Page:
12Implementing an Electronic Information System BarbaraIf all of the hospitals within a region are on the same electronic medical record system, it may be possible to use that system to exchange information about emergency department visits, and we are working with hospitals to explore this option. Another solution is for hospitals to purchase an internet-based product called the Emergency Department Information Exchange, or EDIE. I am going to briefly explain what EDIE is, then turn it over to Adam Green to provide a lot more information about what EDIE is and how it works.
13One Possibility: EDIE Emergency Department Information Exchange (EDIE) 30 hospitals in Washington already usingEDIE can:Notify ED physician of frequency of ED visits and summary of ED discharges for past 12 monthsShare guidelines for patient with other hospitalsLoad patient’s treatment plan, so ED physicians can viewCosts:Depends on number of ED visitsSet up plus interface, plus $1,000 to $35,000 a yearBarbaraEDIE is already used by 30 hospitals in Washington. Within minutes, it notifies the ED physician of the frequency of a patient’s ED visits and provides a summary of ED discharges for the past 12 months. It also allows any ER physician to see a patient’s care guidelines and their treatment plans.The costs of EDIE depends on the number of ED visits; the more patients a hospital sees in a year, the higher the setup cost and annual subscription fees. Setup ranges from $1,500 to $5,000. Annual subscription fees are $1,000 to $35,000 a year. There may also be additional fees to integrate your electronic medical record system with EDIE, so you can receive notifications electronically. But you can also receive EDIE notifications by fax and avoid these integration fees.I am now going to turn it over to Adam Green to tell you more.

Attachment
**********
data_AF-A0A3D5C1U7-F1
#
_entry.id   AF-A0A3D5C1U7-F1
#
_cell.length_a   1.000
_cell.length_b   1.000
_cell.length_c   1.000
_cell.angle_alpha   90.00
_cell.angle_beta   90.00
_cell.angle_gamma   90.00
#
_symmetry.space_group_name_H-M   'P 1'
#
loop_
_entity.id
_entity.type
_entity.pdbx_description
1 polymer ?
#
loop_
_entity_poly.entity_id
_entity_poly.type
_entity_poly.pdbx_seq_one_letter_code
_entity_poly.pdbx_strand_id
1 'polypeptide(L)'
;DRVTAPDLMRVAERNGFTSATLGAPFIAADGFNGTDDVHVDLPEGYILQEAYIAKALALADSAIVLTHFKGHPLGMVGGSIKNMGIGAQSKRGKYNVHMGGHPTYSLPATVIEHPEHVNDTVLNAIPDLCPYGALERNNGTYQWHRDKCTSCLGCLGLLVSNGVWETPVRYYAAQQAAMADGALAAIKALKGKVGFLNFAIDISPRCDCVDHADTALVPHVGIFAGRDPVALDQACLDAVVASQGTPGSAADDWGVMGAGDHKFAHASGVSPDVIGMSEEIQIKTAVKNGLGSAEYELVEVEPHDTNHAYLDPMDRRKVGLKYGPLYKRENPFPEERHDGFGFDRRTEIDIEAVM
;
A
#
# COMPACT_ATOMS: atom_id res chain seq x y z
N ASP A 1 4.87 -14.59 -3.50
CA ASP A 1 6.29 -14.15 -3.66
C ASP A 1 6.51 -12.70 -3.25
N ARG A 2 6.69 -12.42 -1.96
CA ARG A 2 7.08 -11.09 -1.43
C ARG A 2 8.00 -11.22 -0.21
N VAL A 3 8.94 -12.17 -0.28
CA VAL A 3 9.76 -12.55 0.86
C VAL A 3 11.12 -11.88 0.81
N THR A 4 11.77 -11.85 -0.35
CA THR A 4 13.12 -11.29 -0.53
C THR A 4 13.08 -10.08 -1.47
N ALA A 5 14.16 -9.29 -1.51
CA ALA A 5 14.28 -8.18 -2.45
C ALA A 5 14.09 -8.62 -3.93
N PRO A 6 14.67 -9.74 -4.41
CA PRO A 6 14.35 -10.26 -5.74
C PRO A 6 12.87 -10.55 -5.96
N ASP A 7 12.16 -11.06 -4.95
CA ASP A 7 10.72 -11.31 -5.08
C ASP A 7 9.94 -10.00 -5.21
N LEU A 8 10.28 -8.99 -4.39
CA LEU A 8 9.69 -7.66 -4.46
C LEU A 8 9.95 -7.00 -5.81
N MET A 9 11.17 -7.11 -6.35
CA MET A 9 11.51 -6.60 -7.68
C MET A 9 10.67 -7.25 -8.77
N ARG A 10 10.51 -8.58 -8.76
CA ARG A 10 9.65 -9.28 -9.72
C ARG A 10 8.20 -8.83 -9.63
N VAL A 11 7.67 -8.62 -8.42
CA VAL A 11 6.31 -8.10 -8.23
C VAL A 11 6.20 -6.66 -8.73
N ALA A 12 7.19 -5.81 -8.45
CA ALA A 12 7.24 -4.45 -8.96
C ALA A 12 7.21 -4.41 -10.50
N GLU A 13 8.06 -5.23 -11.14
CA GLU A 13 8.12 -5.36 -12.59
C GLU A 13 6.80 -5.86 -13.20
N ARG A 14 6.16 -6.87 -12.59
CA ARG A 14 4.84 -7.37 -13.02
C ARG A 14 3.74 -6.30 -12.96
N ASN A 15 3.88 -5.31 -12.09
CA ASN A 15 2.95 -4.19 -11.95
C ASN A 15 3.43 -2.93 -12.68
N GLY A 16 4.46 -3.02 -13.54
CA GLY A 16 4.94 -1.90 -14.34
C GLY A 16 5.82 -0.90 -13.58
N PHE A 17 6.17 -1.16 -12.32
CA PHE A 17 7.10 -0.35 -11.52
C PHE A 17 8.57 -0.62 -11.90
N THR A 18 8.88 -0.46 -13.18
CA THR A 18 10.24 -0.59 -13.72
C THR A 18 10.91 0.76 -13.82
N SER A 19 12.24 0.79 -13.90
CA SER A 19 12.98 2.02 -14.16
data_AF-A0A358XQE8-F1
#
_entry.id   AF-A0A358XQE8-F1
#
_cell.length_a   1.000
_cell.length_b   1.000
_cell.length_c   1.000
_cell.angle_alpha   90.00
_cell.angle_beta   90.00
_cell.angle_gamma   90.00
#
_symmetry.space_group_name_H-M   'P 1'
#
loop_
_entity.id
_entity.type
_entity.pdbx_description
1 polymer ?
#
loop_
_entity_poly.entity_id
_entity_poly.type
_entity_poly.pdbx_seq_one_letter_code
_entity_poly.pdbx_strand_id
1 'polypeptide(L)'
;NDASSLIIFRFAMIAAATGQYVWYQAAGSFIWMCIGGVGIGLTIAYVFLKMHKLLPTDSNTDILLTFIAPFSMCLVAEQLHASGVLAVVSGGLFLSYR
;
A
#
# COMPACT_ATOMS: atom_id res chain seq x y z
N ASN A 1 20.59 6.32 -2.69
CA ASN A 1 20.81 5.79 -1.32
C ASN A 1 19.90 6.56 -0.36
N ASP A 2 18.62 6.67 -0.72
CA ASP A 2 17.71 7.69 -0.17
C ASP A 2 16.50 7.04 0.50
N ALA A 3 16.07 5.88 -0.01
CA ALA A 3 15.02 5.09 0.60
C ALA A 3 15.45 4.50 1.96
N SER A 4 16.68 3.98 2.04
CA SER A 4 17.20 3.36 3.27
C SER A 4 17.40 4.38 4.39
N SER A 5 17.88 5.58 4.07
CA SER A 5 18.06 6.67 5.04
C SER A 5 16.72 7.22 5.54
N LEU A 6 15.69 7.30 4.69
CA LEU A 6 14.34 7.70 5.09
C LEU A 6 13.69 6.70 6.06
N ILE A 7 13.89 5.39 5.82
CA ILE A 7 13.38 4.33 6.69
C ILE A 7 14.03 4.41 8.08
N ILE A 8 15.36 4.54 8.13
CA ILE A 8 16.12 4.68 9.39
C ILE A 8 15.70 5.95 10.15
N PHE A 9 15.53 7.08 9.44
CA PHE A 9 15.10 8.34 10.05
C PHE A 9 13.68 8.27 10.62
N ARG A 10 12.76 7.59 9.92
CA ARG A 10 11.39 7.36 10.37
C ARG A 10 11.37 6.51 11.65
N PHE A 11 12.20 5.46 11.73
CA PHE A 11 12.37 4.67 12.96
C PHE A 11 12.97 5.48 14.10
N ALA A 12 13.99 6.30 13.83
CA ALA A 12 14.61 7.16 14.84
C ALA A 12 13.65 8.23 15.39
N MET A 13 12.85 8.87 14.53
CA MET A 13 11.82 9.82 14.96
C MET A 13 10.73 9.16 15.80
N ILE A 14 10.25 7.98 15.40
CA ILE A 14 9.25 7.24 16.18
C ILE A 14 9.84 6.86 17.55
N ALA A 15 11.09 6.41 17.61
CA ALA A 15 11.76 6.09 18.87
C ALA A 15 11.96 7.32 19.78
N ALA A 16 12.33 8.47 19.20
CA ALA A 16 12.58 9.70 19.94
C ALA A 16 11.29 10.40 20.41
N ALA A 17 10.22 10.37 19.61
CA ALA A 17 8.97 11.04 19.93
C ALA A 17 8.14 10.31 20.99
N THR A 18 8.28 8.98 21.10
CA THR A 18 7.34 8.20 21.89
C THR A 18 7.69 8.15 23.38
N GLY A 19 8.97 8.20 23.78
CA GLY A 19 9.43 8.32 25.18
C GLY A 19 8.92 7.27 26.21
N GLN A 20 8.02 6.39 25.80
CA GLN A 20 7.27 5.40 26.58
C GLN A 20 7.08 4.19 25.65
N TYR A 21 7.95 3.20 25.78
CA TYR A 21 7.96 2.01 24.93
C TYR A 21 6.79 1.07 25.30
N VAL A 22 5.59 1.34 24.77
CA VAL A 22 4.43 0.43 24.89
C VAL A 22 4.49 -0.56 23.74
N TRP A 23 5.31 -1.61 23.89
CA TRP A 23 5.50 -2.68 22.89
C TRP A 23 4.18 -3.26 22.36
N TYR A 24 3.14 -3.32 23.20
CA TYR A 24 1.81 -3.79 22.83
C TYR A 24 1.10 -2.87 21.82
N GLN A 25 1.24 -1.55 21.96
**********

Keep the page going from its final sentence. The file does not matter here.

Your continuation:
14The Emergency Department Information Exchange WSHA Web Conference Friday 27, 2012
15Agenda Background What is EDIE? What does EDIE do? How does EDIE work? What does EDIE & EDIE Notifications look like?Who is using EDIE?What does it take to get EDIE?How much does EDIE cost?Additional Questions and Q&A